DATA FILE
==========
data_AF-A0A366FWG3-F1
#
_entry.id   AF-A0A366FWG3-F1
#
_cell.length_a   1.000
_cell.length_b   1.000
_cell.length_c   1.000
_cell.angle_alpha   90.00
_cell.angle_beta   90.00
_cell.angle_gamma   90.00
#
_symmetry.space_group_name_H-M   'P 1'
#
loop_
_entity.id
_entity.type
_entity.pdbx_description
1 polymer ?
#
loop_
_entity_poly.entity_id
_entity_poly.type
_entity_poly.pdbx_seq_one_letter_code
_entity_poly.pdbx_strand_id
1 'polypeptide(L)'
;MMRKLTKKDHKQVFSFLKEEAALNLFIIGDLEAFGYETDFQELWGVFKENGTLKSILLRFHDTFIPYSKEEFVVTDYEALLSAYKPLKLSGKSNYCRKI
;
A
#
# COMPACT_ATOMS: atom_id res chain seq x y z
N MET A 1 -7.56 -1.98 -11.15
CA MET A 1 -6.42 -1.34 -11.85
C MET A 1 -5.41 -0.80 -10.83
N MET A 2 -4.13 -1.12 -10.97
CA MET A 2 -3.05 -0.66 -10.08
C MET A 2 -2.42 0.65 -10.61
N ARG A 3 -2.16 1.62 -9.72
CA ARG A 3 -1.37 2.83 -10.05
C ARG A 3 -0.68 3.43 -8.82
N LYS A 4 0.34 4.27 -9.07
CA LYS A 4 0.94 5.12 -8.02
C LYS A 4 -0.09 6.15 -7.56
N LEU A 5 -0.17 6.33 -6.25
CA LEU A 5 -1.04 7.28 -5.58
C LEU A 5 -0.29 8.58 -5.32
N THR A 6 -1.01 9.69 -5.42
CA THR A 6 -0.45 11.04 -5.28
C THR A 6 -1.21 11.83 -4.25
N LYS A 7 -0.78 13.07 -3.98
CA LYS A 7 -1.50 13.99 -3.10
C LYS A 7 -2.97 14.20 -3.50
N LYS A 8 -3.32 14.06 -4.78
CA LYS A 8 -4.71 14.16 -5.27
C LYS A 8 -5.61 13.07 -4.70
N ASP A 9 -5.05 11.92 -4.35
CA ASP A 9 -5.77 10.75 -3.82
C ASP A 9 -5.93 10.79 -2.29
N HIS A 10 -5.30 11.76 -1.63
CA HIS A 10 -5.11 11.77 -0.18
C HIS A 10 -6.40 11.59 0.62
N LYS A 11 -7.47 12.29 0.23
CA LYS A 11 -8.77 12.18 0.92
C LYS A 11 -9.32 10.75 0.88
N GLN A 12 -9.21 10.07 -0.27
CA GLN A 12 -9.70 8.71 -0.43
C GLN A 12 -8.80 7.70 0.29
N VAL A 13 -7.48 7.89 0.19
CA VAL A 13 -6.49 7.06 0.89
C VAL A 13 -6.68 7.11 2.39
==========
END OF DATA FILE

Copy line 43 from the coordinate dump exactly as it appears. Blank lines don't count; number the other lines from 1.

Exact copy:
N LEU A 5 -0.17 6.33 -6.25